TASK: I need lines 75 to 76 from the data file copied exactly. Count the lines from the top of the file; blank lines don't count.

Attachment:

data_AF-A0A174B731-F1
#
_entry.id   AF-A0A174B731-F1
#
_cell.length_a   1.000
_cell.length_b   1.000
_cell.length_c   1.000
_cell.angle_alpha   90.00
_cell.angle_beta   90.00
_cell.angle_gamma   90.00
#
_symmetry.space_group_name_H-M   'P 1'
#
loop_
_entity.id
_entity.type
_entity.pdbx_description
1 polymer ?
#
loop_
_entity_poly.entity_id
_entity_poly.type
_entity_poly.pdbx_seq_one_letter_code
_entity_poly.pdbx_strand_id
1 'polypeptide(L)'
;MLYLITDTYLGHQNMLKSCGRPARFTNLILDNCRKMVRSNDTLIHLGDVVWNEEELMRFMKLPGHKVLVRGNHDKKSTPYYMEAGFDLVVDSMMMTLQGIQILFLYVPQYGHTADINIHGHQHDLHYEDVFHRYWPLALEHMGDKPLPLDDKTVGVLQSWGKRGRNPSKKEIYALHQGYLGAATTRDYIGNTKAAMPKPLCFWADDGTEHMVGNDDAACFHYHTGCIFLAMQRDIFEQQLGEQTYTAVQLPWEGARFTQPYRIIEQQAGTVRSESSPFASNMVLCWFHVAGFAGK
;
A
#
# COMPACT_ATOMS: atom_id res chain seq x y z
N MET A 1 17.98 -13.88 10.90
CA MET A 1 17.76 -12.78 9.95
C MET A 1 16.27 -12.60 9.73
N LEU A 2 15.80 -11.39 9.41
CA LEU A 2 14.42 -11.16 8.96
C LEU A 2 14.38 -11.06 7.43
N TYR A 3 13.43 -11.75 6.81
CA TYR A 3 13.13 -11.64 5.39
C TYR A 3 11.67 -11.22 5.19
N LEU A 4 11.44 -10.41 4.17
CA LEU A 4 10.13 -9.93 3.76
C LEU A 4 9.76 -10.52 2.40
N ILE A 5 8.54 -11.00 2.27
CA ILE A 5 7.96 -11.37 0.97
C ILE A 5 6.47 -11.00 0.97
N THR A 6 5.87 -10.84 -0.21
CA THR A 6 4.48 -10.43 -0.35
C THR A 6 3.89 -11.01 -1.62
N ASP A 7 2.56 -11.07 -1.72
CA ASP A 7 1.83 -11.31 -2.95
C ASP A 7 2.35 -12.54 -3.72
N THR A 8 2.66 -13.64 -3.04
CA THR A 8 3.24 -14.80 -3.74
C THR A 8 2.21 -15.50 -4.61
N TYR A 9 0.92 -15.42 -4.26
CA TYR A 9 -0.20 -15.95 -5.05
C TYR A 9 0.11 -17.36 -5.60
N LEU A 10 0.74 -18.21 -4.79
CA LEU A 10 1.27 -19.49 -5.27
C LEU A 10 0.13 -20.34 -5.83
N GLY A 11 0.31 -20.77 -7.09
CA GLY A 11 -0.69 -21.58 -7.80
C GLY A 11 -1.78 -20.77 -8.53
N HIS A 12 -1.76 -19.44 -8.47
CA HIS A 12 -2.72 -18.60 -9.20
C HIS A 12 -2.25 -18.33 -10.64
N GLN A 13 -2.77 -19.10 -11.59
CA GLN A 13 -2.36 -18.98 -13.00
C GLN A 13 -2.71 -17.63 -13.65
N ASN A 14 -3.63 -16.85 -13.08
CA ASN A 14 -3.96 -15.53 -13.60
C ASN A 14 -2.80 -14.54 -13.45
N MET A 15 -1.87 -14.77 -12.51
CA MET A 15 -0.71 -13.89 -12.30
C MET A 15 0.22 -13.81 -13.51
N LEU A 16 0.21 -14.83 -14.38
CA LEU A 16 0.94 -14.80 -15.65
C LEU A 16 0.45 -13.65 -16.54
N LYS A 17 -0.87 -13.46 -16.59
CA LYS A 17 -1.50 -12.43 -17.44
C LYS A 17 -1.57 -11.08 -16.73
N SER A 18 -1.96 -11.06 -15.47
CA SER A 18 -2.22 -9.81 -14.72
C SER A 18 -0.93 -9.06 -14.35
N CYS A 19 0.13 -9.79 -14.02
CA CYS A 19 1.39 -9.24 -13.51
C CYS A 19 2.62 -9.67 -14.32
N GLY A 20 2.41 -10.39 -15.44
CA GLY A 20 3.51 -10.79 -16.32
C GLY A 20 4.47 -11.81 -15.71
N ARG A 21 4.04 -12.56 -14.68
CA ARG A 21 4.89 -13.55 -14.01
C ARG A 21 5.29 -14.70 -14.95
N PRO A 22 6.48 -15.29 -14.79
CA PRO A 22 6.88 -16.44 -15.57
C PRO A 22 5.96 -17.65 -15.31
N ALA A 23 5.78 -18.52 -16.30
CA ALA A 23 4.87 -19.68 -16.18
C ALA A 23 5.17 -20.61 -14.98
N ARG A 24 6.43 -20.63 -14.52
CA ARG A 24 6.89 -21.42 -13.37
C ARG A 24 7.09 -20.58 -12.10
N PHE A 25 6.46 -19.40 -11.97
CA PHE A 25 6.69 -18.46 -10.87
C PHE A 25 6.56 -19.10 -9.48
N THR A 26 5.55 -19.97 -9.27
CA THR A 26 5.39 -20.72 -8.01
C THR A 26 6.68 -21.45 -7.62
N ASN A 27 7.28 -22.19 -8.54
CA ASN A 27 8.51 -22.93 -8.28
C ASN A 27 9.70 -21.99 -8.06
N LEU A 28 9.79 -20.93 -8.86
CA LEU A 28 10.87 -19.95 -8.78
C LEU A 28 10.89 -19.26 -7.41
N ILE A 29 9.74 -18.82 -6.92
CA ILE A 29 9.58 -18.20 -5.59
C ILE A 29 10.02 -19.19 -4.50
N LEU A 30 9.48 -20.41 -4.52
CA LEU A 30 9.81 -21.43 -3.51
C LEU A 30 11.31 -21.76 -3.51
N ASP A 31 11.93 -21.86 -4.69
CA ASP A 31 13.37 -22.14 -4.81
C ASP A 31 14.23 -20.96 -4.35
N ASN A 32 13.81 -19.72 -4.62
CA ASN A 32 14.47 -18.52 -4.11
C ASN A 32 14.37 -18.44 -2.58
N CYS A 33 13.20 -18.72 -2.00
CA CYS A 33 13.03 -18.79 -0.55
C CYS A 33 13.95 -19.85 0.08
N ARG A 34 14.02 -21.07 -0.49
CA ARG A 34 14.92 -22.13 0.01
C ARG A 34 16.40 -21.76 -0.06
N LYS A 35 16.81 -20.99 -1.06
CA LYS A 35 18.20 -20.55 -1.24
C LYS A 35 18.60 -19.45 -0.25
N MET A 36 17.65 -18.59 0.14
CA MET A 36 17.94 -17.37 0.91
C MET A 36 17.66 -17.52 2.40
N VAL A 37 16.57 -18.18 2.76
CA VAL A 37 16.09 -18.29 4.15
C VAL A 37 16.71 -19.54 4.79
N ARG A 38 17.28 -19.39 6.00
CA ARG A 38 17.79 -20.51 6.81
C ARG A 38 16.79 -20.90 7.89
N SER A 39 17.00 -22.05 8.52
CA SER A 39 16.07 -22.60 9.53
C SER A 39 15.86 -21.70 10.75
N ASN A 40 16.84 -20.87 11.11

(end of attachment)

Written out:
C MET A 15 0.22 -13.81 -13.51
N LEU A 16 0.21 -14.83 -14.38